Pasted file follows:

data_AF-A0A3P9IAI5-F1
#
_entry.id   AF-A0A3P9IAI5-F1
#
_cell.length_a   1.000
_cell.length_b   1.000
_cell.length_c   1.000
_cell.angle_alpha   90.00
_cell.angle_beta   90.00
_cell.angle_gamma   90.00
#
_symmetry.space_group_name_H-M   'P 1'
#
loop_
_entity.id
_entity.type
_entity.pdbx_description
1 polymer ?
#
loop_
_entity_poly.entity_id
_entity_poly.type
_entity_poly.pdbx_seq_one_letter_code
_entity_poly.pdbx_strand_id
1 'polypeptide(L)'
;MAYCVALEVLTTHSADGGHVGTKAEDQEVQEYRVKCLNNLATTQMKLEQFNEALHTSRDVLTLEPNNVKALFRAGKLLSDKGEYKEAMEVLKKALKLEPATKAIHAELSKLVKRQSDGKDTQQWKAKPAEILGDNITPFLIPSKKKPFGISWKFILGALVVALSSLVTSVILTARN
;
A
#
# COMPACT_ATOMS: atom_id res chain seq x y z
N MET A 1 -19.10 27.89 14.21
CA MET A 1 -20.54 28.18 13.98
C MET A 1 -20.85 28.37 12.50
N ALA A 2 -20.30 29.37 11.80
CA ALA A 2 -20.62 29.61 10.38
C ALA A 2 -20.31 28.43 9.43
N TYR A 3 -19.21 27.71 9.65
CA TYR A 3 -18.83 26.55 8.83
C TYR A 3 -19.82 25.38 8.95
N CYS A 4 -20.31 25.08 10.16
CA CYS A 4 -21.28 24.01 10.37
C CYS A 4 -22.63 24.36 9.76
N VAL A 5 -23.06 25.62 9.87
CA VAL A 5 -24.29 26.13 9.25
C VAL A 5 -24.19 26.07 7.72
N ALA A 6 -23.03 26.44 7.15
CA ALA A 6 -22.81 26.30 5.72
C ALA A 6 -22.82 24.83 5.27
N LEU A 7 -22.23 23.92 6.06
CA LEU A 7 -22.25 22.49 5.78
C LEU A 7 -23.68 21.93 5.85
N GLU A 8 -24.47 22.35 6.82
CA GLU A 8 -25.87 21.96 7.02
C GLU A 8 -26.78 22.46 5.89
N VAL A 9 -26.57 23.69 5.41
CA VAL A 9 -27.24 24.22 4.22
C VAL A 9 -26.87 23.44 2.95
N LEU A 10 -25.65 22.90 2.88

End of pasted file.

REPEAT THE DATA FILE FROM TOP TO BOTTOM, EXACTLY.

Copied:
data_AF-A0A3P9IAI5-F1
#
_entry.id   AF-A0A3P9IAI5-F1
#
_cell.length_a   1.000
_cell.length_b   1.000
_cell.length_c   1.000
_cell.angle_alpha   90.00
_cell.angle_beta   90.00
_cell.angle_gamma   90.00
#
_symmetry.space_group_name_H-M   'P 1'
#
loop_
_entity.id
_entity.type
_entity.pdbx_description
1 polymer ?
#
loop_
_entity_poly.entity_id
_entity_poly.type
_entity_poly.pdbx_seq_one_letter_code
_entity_poly.pdbx_strand_id
1 'polypeptide(L)'
;MAYCVALEVLTTHSADGGHVGTKAEDQEVQEYRVKCLNNLATTQMKLEQFNEALHTSRDVLTLEPNNVKALFRAGKLLSDKGEYKEAMEVLKKALKLEPATKAIHAELSKLVKRQSDGKDTQQWKAKPAEILGDNITPFLIPSKKKPFGISWKFILGALVVALSSLVTSVILTARN
;
A
#
# COMPACT_ATOMS: atom_id res chain seq x y z
N MET A 1 -19.10 27.89 14.21
CA MET A 1 -20.54 28.18 13.98
C MET A 1 -20.85 28.37 12.50
N ALA A 2 -20.30 29.37 11.80
CA ALA A 2 -20.62 29.61 10.38
C ALA A 2 -20.31 28.43 9.43
N TYR A 3 -19.21 27.71 9.65
CA TYR A 3 -18.83 26.55 8.83
C TYR A 3 -19.82 25.38 8.95
N CYS A 4 -20.31 25.08 10.16
CA CYS A 4 -21.28 24.01 10.37
C CYS A 4 -22.63 24.36 9.76
N VAL A 5 -23.06 25.62 9.87
CA VAL A 5 -24.29 26.13 9.25
C VAL A 5 -24.19 26.07 7.72
N ALA A 6 -23.03 26.44 7.15
CA ALA A 6 -22.81 26.30 5.72
C ALA A 6 -22.82 24.83 5.27
N LEU A 7 -22.23 23.92 6.06
CA LEU A 7 -22.25 22.49 5.78
C LEU A 7 -23.68 21.93 5.85
N GLU A 8 -24.47 22.35 6.82
CA GLU A 8 -25.87 21.96 7.02
C GLU A 8 -26.78 22.46 5.89
N VAL A 9 -26.57 23.69 5.41
CA VAL A 9 -27.24 24.22 4.22
C VAL A 9 -26.87 23.44 2.95
N LEU A 10 -25.65 22.90 2.88